The Naughty Noughties
Updated: May 31, 2020
Many of our articles, we hope, will provide insight and educated opinions on the beautiful game. But, sometimes, particularly in these strange lockdown times, what we need most is some light-hearted content which brings a smile, and maybe even a wee chuckle (that’s lol for the younger crowd).
Whilst resisting going full tabloid, this week’s blog is about some of the ‘naughtier’ moments of football between 2000 and 2009.
When doing my research, I had hoped that Temuri Ketsbaia’s infamous goal celebration involving a full-blown assault on the advertising boards was of the right era, but alas, it fell two years too early in 1998. So therefore, I better not mention it…again. The Noughties saw the explosion of money, commercialism and the rapid increase of overseas transfers. In 1999, the world record transfer fee was that of Christian Vieri for £32m when he moved from Lazio to Inter Milan. By 2009, this had risen by 150% with Cristiano Ronaldo’s £80m move from Manchester United to Real Madrid. The Premier League was at the very forefront of this spending and some of the world’s biggest stars descended. But for every Cristiano Ronaldo or Didier Drogba there was an Eric Djemba-Djemba or a Mateja Kezman. There was money to spend and everyone was chasing the dream of unearthing a ready-made or hidden gem to become the next superstar. However, as we will find out, technology and global analysis wasn’t as sophisticated as it is today, and sometimes a little knowledge is more dangerous than no knowledge at all. One word for you, Bebe. Two of the biggest villains and flops during this era were Christian Negouai and Winston Bogarde. Negouai arrived at Man City in 2001 for a modest £1.5m and was described by manager Kevin Keegan as the ‘most exciting player he had ever signed’. Quite a claim and not like King Kev to be proved wrong... There was much excitement around Negouai - a midfielder believed to be able to satisfy many aspects of this position. At 26 years old when he signed, he was expected to be ready-made. On his first start, despite an abject performance, he scored with his hand. A cult hero in the making? Kinda, but not in a good way...3 days later he was sent off for a couple of lunges in a cup game and the rest was history. A few games, scandals, loan moves and even inadvertently being embroiled in the drug ban story of Rio Ferdinand, Negouai’s Man City career was over before it began. He wasn’t the first and certainly wasn’t the last. I tell ya, I would have ‘loved it’ if he had been a success.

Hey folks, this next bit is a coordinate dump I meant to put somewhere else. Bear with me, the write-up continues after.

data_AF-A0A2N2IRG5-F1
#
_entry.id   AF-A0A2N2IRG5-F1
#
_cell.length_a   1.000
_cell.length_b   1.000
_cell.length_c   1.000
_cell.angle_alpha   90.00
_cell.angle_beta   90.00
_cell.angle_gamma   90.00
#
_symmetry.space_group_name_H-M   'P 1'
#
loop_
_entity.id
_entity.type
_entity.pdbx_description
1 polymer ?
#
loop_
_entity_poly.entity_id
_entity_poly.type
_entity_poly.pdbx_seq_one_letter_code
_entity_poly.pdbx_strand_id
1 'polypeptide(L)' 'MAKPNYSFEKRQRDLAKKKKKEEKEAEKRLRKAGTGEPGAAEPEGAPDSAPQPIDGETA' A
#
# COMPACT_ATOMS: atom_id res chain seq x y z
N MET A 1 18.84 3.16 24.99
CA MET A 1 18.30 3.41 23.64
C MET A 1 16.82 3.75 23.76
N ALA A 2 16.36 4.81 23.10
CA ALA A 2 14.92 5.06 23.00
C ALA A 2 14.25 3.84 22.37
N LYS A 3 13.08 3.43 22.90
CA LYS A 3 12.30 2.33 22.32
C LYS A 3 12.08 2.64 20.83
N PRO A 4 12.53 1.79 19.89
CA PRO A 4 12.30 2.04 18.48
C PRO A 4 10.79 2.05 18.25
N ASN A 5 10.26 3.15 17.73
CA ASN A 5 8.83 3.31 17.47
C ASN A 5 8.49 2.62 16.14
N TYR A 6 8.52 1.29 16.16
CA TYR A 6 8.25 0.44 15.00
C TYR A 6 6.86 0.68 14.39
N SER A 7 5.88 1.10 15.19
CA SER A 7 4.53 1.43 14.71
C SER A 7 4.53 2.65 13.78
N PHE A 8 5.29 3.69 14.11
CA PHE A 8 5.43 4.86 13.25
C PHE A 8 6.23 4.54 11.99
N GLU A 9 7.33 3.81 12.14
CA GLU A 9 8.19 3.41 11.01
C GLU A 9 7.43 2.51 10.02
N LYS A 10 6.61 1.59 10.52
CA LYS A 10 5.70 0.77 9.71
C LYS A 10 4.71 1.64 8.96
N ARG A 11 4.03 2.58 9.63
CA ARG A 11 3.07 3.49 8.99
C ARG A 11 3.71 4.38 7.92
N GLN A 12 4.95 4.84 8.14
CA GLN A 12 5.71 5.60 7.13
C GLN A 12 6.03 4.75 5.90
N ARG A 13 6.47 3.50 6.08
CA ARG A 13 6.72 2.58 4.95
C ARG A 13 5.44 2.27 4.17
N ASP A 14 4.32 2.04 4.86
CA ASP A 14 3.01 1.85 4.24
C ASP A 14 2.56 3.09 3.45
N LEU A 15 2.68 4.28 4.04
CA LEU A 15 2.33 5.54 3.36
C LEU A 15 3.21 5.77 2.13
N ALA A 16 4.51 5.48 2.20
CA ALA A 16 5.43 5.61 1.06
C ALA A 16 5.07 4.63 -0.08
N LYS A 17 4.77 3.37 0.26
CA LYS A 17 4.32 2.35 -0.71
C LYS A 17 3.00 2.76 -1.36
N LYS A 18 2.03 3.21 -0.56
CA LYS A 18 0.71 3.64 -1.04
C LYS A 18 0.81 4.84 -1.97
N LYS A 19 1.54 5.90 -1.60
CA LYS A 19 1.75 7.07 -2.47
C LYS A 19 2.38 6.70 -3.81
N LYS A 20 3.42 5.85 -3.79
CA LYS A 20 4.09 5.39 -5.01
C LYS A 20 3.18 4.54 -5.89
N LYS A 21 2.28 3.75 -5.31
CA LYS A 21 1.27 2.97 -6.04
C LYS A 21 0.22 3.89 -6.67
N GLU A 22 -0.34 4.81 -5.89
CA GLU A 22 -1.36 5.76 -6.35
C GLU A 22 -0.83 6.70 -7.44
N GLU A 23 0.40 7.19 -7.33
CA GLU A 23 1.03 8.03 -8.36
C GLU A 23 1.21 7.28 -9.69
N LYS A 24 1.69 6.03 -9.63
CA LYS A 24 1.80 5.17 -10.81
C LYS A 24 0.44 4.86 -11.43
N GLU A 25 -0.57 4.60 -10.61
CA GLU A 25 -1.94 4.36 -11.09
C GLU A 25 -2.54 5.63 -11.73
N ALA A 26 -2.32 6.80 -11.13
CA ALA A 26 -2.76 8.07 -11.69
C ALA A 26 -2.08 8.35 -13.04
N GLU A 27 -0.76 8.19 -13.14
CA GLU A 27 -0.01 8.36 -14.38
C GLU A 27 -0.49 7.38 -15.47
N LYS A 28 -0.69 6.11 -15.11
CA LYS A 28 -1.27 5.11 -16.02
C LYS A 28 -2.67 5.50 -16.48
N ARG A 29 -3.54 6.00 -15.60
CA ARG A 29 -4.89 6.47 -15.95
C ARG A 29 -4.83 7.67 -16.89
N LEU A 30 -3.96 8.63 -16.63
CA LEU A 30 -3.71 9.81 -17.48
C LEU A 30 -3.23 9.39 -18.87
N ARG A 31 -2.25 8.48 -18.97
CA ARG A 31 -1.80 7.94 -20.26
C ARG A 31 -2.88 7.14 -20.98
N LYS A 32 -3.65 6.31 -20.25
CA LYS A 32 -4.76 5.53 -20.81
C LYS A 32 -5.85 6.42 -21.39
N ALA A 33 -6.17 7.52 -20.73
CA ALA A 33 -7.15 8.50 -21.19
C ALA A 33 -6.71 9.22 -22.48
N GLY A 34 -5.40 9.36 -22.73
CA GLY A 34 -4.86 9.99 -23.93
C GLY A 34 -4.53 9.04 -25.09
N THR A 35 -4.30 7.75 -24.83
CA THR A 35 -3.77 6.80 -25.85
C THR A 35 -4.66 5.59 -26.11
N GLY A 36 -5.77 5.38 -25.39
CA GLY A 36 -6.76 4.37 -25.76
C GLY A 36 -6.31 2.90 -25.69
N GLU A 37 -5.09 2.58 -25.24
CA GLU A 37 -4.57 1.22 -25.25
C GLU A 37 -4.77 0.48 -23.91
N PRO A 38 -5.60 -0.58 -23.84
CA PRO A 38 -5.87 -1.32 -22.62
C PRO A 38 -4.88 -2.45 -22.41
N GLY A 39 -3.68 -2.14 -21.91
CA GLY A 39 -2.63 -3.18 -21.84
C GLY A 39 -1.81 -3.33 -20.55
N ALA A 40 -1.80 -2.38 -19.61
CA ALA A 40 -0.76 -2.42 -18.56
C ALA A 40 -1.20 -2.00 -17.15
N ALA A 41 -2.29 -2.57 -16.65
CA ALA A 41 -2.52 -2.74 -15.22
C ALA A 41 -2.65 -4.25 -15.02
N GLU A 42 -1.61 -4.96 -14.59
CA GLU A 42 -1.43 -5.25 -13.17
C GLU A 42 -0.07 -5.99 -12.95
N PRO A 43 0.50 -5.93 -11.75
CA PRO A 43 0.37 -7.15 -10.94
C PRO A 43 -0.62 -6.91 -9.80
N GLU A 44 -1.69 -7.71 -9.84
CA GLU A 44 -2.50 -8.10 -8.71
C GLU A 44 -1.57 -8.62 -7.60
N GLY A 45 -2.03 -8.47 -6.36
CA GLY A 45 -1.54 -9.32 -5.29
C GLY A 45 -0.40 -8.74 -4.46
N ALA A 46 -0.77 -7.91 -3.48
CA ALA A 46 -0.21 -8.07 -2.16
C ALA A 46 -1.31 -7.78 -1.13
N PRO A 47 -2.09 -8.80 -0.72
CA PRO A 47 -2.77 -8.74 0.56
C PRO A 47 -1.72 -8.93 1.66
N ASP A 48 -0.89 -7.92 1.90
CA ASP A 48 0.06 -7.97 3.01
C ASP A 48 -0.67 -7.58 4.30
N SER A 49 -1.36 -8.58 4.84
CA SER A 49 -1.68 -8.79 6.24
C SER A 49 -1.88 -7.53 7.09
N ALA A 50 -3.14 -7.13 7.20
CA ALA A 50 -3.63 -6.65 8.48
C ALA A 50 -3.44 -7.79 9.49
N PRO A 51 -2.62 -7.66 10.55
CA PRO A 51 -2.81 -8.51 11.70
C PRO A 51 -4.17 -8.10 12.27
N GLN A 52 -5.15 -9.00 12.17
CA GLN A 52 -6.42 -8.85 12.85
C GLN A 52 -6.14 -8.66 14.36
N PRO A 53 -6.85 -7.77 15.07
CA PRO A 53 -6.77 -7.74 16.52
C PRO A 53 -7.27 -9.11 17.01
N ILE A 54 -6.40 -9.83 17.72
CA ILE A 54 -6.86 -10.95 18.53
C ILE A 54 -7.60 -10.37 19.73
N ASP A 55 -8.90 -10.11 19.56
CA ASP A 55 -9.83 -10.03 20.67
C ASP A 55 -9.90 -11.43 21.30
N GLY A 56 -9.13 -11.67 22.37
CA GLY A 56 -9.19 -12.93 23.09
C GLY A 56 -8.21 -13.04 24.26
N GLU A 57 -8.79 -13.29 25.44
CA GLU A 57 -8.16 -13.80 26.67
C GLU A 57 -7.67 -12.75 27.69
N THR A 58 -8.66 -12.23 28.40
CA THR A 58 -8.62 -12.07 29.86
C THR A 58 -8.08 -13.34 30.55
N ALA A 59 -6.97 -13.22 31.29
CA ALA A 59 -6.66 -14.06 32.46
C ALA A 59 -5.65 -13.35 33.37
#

Rare footage of Christian Negouai scoring, never mind playing.
Winston Bogarde arrived at Chelsea in 2000 after spells at clubs including Ajax, Milan and Barcelona. Although already 29 years old when he joined, in a career pre-Chelsea, Bogarde had amassed less than 200 club appearances in a career spanning 12 years. That should have set alarm bells ringing. Rumour has it, then manager, Gianluca Vialli, had no knowledge of the signing and Bogarde was signed by the board, with soon to be new teammate and fellow countryman, Mario Melchiot instrumental in this move. Another modern quirk which invariably has mixed results. Despite being just a few months shy of his 30th birthday and his lack of appearances at previous clubs, Chelsea gave Bogarde a 4-year contract on 40k per week. After a handful of games in his first season, Bogarde made zero league appearances in the following 3 seasons and during this time was happy to go on record that he would see out his contract and happily take the money. Whilst Negouai tried and failed, Bogarde simply...well, didn’t try. An expensive lesson for Chelsea and the beginning of a rise in player power.
Interestingly, as a side note, on 26th December 1999, Chelsea became the first ever English team to field a starting XI containing no English players. Another indicator that as we moved in to the Noughties, football was changing forever, and at some pace.